Shadie is in Year Five at Willow Bank school in Dannemora, Auckland ("The first time we got flip-up desks, in Year Three, we were so excited," she recalls) and has been looking forward to the holidays because, lately, school has been "madness", what with portfolios due.

"Our portfolio is a little folder where we put all our - well it's actually not little, it's A4 - we put all our work we've been doing for the past term or two terms. My best friend Chloe - we're so naughty together we're not allowed to sit together any more. We're forbidden! We were talking too much and if Chloe did something crazy, then I would do something crazy. I was like her sheep." Next year, Shadie hopes they'll be reunited.

"Once I was at a sleepover and we all stayed up until 2 o'clock in the morning. We were all so hyper! We went to Pizza Hut but I don't like pizza so much so I just had two bites. Then we got Coke and put icecream in the Coke and had this fizzy thing, and then it spilled all over the seat and we took pictures of it. It was so funny.

"Sometimes I stay at my auntie's house for the night and my mum can go stay with my grandma. I find I do miss my mum because she normally comes and gets me as soon as she's finished with my grandma, but I don't mind so much because all my cousins are there. And I'm not bored because I bring all my things with me.

"And I play piano as well. Right now I'm working on a song called Amazing Grace. I've been working on my own song, but I haven't quite figured up a name for it. I know lots of notes but I'm not very good at drawing some of them properly."

MORGAN FIGGINS, 15, figure skater of Waititi, Dunedin, will spend part of her holiday competing in Europe

"Normally at the beginning of the year it's better for holidays," Morgan says. "Sometimes I do get, like, at least one week of a holiday, but the ones at the end of the year are always competitions. This is our busy season right now. I don't really get a break.

"When I come back from skating I'll probably hang out with my school friends. We go round the Meridian, the shopping mall in Dunedin. We go into different shops and we'll, like, try all the clothes on and take pictures of them sometimes and then only buy one thing. Most of my friends go to McDonald's and stuff but I don't eat that kind of food, so I'll just have a tea or a hot chocolate or something. It's just one of the places we always end up going.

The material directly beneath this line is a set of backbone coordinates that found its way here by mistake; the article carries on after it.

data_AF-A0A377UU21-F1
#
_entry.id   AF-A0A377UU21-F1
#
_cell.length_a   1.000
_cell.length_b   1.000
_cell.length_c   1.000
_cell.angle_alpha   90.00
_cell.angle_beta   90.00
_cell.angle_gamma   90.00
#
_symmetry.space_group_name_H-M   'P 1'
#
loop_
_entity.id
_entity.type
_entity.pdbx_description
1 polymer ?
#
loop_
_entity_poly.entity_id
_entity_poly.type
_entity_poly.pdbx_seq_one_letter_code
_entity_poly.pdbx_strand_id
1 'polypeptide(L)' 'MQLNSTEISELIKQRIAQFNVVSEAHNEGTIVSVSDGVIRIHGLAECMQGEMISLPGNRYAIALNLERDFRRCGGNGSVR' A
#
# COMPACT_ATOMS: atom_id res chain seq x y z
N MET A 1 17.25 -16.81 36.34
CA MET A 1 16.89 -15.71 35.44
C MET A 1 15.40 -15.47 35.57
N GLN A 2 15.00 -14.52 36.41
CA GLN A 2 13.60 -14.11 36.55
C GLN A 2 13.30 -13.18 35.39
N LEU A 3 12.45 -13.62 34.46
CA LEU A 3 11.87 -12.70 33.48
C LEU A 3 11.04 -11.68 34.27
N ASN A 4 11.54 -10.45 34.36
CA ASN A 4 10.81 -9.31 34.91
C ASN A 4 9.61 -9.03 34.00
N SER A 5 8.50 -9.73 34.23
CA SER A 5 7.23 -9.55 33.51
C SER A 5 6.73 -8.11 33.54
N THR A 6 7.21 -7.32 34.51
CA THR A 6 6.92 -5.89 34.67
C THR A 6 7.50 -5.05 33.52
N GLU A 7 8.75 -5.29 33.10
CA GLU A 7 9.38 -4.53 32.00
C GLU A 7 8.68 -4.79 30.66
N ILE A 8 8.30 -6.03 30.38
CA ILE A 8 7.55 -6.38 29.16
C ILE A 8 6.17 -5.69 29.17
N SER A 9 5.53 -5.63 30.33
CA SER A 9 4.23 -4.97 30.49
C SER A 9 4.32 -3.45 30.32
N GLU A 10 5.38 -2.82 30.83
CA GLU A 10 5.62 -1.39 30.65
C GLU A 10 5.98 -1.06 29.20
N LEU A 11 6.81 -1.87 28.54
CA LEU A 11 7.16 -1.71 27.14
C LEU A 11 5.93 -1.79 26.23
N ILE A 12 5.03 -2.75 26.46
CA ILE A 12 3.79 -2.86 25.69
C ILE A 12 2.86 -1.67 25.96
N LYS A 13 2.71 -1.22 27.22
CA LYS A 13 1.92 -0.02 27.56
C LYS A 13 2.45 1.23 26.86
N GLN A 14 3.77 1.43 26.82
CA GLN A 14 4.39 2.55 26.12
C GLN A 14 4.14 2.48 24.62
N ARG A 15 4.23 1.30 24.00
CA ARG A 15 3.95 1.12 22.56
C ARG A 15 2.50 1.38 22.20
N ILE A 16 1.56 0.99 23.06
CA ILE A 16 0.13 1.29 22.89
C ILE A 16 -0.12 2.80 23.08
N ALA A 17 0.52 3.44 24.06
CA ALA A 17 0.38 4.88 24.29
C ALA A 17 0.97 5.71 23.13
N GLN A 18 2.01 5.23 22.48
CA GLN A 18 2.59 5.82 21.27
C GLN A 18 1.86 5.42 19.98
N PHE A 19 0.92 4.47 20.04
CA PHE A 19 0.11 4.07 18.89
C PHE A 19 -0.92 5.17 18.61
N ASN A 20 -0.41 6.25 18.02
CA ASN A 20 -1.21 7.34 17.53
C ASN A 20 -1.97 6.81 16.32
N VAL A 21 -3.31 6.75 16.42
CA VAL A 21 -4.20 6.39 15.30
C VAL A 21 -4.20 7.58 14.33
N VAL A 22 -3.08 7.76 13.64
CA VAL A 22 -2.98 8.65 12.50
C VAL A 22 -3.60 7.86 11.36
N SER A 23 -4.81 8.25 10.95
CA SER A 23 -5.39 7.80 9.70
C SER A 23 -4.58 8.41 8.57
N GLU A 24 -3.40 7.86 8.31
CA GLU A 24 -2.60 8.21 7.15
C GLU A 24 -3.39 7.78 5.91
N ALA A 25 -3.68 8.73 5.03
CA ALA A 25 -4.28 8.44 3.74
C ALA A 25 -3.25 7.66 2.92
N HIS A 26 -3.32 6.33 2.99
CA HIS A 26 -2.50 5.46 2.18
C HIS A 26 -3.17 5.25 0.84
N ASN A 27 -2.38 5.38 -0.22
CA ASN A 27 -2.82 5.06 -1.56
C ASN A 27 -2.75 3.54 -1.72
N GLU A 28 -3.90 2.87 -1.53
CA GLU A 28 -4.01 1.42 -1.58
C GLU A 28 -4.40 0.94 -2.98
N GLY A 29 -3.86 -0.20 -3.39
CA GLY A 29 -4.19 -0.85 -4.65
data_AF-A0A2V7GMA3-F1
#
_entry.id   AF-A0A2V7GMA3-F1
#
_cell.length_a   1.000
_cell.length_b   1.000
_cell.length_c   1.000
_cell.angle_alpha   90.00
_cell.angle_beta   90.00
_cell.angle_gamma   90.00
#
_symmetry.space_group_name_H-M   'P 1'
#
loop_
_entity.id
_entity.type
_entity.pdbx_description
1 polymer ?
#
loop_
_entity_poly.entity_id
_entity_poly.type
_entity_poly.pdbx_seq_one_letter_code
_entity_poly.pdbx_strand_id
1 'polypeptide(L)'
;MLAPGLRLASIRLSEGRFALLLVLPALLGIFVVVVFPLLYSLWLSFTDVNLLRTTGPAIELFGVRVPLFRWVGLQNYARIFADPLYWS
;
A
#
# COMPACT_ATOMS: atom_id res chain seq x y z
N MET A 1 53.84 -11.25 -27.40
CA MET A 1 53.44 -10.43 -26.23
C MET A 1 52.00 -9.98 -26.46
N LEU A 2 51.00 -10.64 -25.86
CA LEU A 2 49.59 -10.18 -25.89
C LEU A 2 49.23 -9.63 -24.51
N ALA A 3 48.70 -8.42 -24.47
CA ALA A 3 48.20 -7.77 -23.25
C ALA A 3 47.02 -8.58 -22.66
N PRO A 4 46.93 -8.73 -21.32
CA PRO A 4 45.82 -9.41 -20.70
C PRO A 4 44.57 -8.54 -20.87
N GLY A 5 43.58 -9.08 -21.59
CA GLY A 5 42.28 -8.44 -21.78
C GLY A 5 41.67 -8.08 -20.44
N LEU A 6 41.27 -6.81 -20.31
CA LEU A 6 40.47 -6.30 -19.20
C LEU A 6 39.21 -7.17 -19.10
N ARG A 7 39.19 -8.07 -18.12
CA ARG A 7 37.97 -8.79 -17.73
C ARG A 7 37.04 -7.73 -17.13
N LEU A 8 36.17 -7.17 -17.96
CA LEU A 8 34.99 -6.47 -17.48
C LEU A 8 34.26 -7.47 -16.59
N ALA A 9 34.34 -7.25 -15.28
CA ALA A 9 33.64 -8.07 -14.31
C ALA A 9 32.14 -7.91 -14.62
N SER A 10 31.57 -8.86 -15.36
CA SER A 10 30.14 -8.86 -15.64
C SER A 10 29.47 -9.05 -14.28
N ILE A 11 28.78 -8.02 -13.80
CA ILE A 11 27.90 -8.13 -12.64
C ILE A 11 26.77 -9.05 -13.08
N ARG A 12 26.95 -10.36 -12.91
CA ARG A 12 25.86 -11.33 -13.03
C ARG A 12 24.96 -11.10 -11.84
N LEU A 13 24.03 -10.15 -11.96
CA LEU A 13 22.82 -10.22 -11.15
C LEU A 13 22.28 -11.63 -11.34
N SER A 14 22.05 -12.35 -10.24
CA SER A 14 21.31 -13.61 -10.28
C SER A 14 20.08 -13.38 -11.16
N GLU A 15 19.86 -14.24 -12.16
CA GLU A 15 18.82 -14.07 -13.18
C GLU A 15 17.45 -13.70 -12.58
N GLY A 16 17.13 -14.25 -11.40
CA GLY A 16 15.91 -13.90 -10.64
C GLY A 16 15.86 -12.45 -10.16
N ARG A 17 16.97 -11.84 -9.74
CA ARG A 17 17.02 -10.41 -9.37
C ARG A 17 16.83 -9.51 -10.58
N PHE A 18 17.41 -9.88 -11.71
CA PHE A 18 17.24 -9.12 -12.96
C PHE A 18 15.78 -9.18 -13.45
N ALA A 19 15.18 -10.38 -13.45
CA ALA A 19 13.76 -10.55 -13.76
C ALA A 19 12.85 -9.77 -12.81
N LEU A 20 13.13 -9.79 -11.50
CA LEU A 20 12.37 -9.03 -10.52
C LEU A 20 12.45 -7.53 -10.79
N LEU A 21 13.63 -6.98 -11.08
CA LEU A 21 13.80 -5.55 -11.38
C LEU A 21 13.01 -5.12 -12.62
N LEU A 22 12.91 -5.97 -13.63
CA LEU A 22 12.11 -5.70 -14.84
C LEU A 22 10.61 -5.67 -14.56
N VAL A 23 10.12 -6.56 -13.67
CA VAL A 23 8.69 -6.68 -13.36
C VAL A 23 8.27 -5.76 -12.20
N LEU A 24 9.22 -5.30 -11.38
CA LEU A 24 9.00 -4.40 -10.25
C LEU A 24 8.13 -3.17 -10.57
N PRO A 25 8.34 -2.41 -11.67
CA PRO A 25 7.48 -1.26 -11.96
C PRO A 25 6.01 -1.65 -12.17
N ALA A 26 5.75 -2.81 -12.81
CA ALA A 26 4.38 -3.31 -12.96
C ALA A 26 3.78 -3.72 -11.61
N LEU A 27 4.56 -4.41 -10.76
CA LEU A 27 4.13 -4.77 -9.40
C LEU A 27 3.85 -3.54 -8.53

"I have a lot of boy friends; like guys who are my friends. I get on better with boys than girls, normally. I don't know why. They're just not as moody. I like people who are more? straight, you can talk to them easy and talk about? nothing stupid, because I'm sick of hearing about formals."

Morgan counts her boyfriend, Jason, as her best friend right now. An apprentice mechanic, he's into rally racing and spends all his money doing up his car. Does he miss her when she's away for competitions? "Yup," she laughs. "It's quite funny actually."

When she's not away, Morgan works at the skate rink, teaching small children. "It's fun because they actually can skate and you'd never think they'd be able to. A three-year-old - they've pretty much just learnt how to walk. Now they're skating."

On Saturdays she works the till, chooses the music and gets to tell people off over the loud-speaker. But on Saturday nights the rink is one of the main destinations for Dunedin's unruly teenagers so it's overseen by the senior ice hockey players, who work in exchange for "ice time". The Saturday night crowd don't skate, Morgan says, they just meet up outside and hang around getting drunk. "Some of them do a bit of drugs as well. A lot of people, my friends and stuff, they may do that kind of stuff and they think it's cool. I don't agree with it."

The upcoming competitions in Bulgaria and Germany are all part of her build-up towards Vancouver, 2010. "I just want to go to the 2010 Olympics then I'm going to stop. After that, I don't know. I wanted to do something to do with sport but I'm also into makeup and hair. But I also want to do a bit of modelling."

Morgan missed her high school's formal this year because of a skating competition, she can't take drugs or even some cough medicines because she's liable to be drug-tested, and she routinely takes her school work home so she can get ahead. But overall, she doesn't feel like skating is too much pressure.

"If I'm not going to enjoy it I'll just quit," she says. Besides, "it's not like every day you get to go, 'Oh guess what? I'm going to Germany or Bulgaria tomorrow.' Most people I know are just, like, 'Oh my God, can I come with you?'"

GABRIEL POLLARD,17, of Christchurch. will be busy editing Wikipedia, the online encyclopaedia. He's also a frequent contributor to Wikinews. It's a hobby that he expects will become his profession. His email signature reads: "Gabriel Pollard (Mr.), Wikinewsie, Photographer, and Blogger"

Over the holidays, Gabriel expects he'll probably stay at home "probably on the internet". "I'll probably meet up with some friends at the mall. We just hang out and talk and grab a bite to eat, but they're not into the same sort of stuff. Like, I'm into news and Wikinews and Wikipedia and they might use Wikipedia but that's about all that's in common. I've made quite a few friends over the internet through that, but none of my friends from school do that sort of stuff.

Last holidays Gabriel was "quite busy" playing games on his friends' networked computers, but generally the holidays are quiet for him, he says. He's just finished reading Harry Potter and a Jeffery Deaver book called The Blue Nowhere: "There's these computer hackers and they get into the computers and find out all about the other people and then go and kill them."